Following an issue of the Pundit that featured two articles focused on corporate change, Univeg Intends To Buy Ready Pac and Sunkist And Pure Gold, we received this letter from one of the trade’s more eclectic minds:
It interesting to speculate from outside why companies make the decisions they do. Our business is dominated by family and closely held private companies, so we never really know who is successful.
Looking at the Univeg/Ready Pac article and the Sunkist article one after another, one wonders if they are making bold future thinking moves or are they just preparing to slog through more of trench warfare that is the produce business.
At the most basic level most of us have a fixed cost through which we must move sufficient units in order to make a profit. The biggest killer of businesses is where scale gets out of whack, especially in the capital intensive parts of the business.
The Pundit speculates that Univeg benefits from being bigger and being able to serve a larger retailer like Delhaize, and comments on the European model of a few traders serving a large customer.
Think eggs and baskets and K-Mart and Fleming. It is less global supplier than more like outsourcing the buying function. You’re not the life long partner, you’re the guy from the temp agency.
Sunkist has a lot of sheds and a lot of people not doing anything right now. It needs to move the volume through the system, and it might as well. If not the parallel and totally old school system of recent immigrants in rented u-hauls will come to a farmer with a van full of unemployed freeze victims and offer him cash for his crop, pick it, haul it to the LA market, sell it to a wholesaler, and it will end up on the shelves of a supermarket owned by a publicly traded company. No food safety, no green cards, no bank accounts. Maybe not the ReadyPac business model but at least this guy didn’t have to merge his business to pick up working capital.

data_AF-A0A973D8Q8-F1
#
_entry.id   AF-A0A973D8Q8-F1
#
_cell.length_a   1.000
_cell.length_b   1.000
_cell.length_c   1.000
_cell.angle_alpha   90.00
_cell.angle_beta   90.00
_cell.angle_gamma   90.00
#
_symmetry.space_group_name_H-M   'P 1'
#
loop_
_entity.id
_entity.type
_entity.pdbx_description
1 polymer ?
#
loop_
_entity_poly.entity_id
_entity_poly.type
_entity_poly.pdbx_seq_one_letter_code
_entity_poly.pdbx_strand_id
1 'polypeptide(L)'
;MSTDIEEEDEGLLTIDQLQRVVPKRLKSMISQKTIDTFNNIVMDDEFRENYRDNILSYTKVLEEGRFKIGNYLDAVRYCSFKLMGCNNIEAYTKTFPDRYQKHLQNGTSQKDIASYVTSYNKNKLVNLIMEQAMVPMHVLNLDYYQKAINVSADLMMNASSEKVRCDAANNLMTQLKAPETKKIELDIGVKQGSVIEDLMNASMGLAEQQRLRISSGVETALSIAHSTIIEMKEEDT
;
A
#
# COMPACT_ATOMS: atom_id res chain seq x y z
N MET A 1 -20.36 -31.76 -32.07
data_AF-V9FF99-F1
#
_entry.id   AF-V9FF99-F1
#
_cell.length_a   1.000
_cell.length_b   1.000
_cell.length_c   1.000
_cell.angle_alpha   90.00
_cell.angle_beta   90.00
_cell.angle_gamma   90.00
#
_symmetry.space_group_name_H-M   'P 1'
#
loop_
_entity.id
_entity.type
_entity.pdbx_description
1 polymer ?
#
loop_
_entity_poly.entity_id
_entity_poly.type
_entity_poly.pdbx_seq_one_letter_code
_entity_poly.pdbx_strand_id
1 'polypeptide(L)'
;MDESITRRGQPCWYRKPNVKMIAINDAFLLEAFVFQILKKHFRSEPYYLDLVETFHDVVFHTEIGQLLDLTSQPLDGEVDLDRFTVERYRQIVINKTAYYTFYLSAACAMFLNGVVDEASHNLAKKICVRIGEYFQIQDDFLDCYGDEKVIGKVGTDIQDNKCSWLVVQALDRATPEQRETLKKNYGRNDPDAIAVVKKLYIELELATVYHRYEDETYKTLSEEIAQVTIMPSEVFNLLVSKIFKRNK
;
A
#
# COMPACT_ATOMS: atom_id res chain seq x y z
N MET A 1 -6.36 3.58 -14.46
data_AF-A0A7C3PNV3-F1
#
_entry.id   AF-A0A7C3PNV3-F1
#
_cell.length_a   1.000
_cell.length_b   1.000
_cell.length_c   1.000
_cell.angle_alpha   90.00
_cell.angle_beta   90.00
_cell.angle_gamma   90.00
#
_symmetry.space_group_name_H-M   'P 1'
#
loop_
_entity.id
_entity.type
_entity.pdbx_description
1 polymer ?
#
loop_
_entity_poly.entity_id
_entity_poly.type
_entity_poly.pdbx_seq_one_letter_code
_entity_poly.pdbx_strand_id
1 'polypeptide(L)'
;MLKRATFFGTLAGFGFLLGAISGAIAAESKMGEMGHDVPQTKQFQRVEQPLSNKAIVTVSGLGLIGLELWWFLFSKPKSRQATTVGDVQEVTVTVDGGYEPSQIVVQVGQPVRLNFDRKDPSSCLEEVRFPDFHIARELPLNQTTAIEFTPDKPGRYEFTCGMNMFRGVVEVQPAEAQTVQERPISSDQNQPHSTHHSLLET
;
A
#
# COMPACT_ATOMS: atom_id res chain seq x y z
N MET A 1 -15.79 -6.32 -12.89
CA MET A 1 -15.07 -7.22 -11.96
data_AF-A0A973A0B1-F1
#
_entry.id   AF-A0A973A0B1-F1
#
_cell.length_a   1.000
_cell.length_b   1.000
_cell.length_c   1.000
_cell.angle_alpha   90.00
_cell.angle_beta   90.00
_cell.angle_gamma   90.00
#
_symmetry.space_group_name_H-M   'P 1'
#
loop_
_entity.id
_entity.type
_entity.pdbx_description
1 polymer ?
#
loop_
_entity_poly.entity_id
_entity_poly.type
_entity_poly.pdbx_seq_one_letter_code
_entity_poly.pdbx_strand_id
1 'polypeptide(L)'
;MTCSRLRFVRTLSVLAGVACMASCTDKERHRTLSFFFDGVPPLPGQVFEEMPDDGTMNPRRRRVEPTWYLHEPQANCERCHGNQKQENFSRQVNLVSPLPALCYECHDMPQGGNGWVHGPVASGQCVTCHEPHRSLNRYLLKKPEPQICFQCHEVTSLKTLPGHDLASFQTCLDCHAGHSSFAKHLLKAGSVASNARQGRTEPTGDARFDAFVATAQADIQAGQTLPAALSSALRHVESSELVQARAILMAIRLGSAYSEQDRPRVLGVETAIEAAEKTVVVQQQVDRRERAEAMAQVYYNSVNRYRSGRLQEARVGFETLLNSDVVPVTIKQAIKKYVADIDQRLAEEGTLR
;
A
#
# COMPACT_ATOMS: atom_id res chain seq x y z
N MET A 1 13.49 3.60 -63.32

Pundit, don’t you just love this business?
— John Pandol
Partner, Pandol Bros.
John is always good for getting to the heart of the matter, and business transition is always a challenge to analyze. Yet we do know some things.
Heinz Deprez, the Univeg founder and CEO, has a reputation as among the shrewdest minds in the European produce trade. Here is how one of our friends in Europe put it to the Pundit:
“Hein Deprez is probably one of the smartest and brightest operators in the business that I know. Low key but very focused and strategic thinker.”
One perspective, as John points out, is that if one becomes dependent on one big customer, one can be in trouble if that customer gets in trouble as did K-Mart. Which is really to argue that one needs to select one’s customers with care if one is going to seriously align with them.
Although we may have all grown up being told not to put all our eggs in one basket, Mark Twain had a different take:
Put all your eggs in the one basket and — WATCH THAT BASKET.
Pudd’nhead Wilson, Pudd’nhead Wilson’s Calendar, Chap. 15
This perspective was endorsed by Andrew Carnegie in his essay How to Succeed in Life and, in variations, by Warren Buffet and others.
And, put bluntly, who has made more money in the produce industry than those who grabbed on during the early days of Wal-Mart’s produce program and just kept picking up product lines and DC assignments?
As John points out, few of these relationships are contractual. However, in the sense one is a “temp agency,” the reality is that once one has, as John puts it, gone the route of “outsourcing the buying function,” it is not that easy to pull it back in.
One is reminded of the old saw that if you borrow $100,000 from a bank, then the bank owns you, but if you borrow $100,000,000 then you own the bank.
A given banana company may be dependent on Wal-Mart for an irreplaceable amount of its sales, but Wal-Mart is also dependent on that banana company for a not easily replaced amount of supply.
It is not exactly an equal relationship but it is far from a trivial matter for someone to dismiss a global supplier.
Yes, Sunkist is in a difficult place as is any shipper whose focus is one commodity grown in one place. And, indeed, they need to sell what is available. So packing some sub par citrus under another brand may make perfect sense.
But this is not the first and presumably not the last freeze. The saying goes “Fool me once, shame on you, fool me twice, shame on me.” The real question is what is the management of Sunkist going to do to make sure that it will not be so vulnerable to a freeze in 2012?
The business has its wacky moments. I vividly remember some retailers rejecting product and the shippers then consigning it to my family’s wholesale operation. Then I remember the product being bought up by the street buyer for the same chain that rejected it in the first place.
As Yogi Berra said upon hearing that a Jew had been elected Lord Mayor of Dublin: “Only in America!”
Many thanks to John Pandol for his intriguing letter.